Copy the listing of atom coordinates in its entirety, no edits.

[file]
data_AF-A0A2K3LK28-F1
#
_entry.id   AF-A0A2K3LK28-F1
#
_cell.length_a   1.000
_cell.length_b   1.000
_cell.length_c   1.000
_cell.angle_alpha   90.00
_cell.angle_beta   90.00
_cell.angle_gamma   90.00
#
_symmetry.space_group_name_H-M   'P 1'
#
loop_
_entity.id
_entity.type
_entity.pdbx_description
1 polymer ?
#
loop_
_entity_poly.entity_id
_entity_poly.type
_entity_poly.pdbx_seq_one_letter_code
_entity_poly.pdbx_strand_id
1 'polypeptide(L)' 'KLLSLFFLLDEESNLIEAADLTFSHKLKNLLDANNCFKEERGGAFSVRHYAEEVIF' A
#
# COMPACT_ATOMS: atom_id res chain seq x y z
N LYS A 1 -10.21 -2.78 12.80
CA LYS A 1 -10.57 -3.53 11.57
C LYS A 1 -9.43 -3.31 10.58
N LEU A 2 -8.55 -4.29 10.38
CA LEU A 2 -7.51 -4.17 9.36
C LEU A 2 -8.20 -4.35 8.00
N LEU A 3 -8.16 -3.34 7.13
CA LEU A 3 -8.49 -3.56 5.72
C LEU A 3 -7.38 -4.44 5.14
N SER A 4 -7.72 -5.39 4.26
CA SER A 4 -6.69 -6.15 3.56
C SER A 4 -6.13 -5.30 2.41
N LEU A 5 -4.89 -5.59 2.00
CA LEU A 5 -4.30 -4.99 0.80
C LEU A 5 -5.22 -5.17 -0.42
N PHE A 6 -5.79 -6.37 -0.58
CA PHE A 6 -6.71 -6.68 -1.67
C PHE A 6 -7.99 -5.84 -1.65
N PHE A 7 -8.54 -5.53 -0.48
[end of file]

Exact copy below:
data_AF-A0A2K3LK28-F1
#
_entry.id   AF-A0A2K3LK28-F1
#
_cell.length_a   1.000
_cell.length_b   1.000
_cell.length_c   1.000
_cell.angle_alpha   90.00
_cell.angle_beta   90.00
_cell.angle_gamma   90.00
#
_symmetry.space_group_name_H-M   'P 1'
#
loop_
_entity.id
_entity.type
_entity.pdbx_description
1 polymer ?
#
loop_
_entity_poly.entity_id
_entity_poly.type
_entity_poly.pdbx_seq_one_letter_code
_entity_poly.pdbx_strand_id
1 'polypeptide(L)' 'KLLSLFFLLDEESNLIEAADLTFSHKLKNLLDANNCFKEERGGAFSVRHYAEEVIF' A
#
# COMPACT_ATOMS: atom_id res chain seq x y z
N LYS A 1 -10.21 -2.78 12.80
CA LYS A 1 -10.57 -3.53 11.57
C LYS A 1 -9.43 -3.31 10.58
N LEU A 2 -8.55 -4.29 10.38
CA LEU A 2 -7.51 -4.17 9.36
C LEU A 2 -8.20 -4.35 8.00
N LEU A 3 -8.16 -3.34 7.13
CA LEU A 3 -8.49 -3.56 5.72
C LEU A 3 -7.38 -4.44 5.14
N SER A 4 -7.72 -5.39 4.26
CA SER A 4 -6.69 -6.15 3.56
C SER A 4 -6.13 -5.30 2.41
N LEU A 5 -4.89 -5.59 2.00
CA LEU A 5 -4.30 -4.99 0.80
C LEU A 5 -5.22 -5.17 -0.42
N PHE A 6 -5.79 -6.37 -0.58
CA PHE A 6 -6.71 -6.68 -1.67
C PHE A 6 -7.99 -5.84 -1.65
N PHE A 7 -8.54 -5.53 -0.48